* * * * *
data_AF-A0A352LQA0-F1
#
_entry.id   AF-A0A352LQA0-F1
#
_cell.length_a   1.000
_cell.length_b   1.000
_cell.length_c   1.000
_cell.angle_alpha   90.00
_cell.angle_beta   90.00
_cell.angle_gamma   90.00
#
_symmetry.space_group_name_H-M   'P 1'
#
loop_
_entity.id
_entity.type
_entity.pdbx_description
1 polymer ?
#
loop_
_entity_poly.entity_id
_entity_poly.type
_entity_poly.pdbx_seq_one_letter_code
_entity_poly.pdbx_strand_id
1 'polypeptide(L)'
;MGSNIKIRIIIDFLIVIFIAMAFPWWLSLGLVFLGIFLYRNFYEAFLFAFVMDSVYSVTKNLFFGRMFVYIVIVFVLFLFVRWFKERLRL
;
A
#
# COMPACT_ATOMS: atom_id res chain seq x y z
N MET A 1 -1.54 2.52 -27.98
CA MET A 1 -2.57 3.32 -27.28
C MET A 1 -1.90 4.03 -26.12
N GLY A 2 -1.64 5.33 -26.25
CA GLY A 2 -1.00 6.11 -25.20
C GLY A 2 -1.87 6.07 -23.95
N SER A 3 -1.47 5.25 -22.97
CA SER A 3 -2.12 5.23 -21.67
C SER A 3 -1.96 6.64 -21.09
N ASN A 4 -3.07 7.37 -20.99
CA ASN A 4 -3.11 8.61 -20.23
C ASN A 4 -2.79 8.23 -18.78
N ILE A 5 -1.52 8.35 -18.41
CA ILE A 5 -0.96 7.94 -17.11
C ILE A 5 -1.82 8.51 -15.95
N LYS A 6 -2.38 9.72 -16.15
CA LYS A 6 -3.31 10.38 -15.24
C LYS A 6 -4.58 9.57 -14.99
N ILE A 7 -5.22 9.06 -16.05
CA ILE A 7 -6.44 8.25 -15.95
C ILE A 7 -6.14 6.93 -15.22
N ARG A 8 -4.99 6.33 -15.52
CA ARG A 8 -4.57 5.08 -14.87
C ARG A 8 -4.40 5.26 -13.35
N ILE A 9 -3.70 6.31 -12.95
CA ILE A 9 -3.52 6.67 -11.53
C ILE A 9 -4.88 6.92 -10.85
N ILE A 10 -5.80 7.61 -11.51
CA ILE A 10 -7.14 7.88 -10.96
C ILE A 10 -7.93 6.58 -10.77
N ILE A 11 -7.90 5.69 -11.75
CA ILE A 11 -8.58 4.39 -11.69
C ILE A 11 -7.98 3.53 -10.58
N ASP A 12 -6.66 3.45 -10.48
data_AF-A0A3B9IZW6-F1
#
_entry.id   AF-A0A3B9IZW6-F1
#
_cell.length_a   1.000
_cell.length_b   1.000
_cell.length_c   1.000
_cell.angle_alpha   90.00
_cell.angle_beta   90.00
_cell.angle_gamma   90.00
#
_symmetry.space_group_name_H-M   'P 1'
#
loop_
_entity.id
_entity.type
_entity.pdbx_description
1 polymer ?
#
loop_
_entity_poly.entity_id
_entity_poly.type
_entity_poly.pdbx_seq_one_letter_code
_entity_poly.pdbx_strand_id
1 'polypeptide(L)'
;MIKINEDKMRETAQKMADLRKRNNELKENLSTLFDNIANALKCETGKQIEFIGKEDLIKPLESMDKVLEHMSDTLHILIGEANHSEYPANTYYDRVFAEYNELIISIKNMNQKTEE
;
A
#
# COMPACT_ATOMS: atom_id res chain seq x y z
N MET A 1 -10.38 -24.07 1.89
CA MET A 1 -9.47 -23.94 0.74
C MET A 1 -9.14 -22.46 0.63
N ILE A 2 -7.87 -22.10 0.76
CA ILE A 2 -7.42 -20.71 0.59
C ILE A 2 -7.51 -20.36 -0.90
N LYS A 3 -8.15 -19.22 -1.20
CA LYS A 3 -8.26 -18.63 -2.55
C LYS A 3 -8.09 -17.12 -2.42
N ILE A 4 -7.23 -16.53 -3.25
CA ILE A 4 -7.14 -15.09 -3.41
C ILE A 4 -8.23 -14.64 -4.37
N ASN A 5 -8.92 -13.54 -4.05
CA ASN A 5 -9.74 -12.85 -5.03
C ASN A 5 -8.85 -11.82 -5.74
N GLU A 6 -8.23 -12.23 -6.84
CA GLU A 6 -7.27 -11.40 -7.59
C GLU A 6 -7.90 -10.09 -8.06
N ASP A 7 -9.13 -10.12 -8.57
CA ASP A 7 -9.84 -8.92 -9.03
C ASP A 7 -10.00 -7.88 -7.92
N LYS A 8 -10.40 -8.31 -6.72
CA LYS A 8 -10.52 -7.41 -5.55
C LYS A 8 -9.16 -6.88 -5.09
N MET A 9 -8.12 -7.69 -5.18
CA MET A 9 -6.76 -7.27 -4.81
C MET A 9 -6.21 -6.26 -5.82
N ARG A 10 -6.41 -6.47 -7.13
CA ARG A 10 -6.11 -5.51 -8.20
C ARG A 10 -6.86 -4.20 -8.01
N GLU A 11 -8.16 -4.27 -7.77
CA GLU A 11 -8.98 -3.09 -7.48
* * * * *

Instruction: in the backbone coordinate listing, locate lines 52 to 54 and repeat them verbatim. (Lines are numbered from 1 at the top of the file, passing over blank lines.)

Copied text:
N ARG A 8 -4.99 6.33 -15.52
CA ARG A 8 -4.57 5.08 -14.87
C ARG A 8 -4.40 5.26 -13.35